Networking is a lot like getting your M.B.A. -- it can work magic for your career, but it's hard to know where to turn for the best guidance. Most networking advice consists of the same timeworn clichés dished out by "career specialists" who, you can't help noticing, sound an awful lot like high school guidance counselors. While peppy entreaties to "get out there and meet people" might inspire the odd soul to whom the idea hadn't occurred, we'll focus on more specific strategies for networking your way to a top job in the new economy.
Start with what's easiest. Friends and family are natural contacts, and you may be surprised at who they know once you start asking. Make sure you update them on what came out of their contacts. Your undergraduate school is also a great resource -- many schools keep extensive databases of information about alumni, including their position and where they work.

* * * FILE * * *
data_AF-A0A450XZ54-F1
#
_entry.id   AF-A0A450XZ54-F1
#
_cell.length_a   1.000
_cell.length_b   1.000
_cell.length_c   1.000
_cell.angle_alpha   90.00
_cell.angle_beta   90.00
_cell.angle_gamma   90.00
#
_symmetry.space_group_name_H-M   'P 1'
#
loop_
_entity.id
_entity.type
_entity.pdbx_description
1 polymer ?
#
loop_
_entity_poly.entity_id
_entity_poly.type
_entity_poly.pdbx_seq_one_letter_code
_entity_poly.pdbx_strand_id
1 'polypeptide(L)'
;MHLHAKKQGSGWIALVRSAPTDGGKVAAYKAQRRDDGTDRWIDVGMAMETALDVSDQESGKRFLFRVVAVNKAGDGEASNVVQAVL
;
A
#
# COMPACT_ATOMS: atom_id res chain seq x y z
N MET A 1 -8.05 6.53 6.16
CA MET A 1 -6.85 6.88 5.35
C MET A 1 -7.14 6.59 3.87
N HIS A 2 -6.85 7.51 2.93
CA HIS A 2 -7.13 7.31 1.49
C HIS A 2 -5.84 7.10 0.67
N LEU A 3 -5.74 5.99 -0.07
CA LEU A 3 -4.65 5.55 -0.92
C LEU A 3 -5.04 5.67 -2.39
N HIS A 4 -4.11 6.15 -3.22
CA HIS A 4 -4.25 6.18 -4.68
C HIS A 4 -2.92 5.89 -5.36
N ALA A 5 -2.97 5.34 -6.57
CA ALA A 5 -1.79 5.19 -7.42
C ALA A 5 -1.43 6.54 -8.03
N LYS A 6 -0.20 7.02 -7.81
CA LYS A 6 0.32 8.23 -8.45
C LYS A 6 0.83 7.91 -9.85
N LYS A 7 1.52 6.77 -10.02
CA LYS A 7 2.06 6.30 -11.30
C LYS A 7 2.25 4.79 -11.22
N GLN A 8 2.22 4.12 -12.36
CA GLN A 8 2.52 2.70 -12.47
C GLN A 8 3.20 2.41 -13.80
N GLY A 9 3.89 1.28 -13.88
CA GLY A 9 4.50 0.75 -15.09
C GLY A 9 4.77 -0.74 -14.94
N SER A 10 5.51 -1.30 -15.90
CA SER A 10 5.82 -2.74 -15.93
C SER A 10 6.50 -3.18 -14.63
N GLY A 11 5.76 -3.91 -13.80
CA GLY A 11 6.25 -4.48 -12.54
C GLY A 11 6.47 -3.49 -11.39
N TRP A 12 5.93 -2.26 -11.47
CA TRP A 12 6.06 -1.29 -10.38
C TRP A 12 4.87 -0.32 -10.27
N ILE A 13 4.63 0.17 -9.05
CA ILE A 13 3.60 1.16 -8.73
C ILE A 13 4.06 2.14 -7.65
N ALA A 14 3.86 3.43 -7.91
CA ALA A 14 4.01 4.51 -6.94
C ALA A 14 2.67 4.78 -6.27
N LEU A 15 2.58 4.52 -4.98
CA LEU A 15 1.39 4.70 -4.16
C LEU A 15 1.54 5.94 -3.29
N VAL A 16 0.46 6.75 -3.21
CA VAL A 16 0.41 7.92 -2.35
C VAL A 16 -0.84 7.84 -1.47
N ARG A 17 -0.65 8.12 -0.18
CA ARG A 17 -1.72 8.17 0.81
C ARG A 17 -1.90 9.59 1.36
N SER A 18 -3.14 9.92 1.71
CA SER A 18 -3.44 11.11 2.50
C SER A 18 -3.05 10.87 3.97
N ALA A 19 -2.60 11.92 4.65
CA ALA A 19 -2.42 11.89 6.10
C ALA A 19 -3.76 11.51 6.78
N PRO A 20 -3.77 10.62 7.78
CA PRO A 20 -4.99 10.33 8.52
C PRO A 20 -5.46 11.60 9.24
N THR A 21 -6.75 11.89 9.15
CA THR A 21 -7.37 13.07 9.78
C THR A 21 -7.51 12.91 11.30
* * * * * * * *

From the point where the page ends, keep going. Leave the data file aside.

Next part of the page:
Where You Are Now
Business schools are probably the best source for networking. Aside from your fellow students and professors (who are almost always happy to share their wisdom and help put you in touch with other alums), the best schools offer students an implicit promise that, along with their sheepskin, they will have access to a network of distinguished graduates.
Sometimes, your school name is the only opening you'll need to begin networking. "Any graduate from my school who comes out here to Los Angeles and is determined to make it in the entertainment business, I'll get them a job," promises Eric Bernt, a Northwestern University alum and Hollywood writer who has penned the feature films Virtuosity and Romeo Must Die. This sentiment isn't unusual. For most alums, fondness for an alma mater increases in proportion to their success.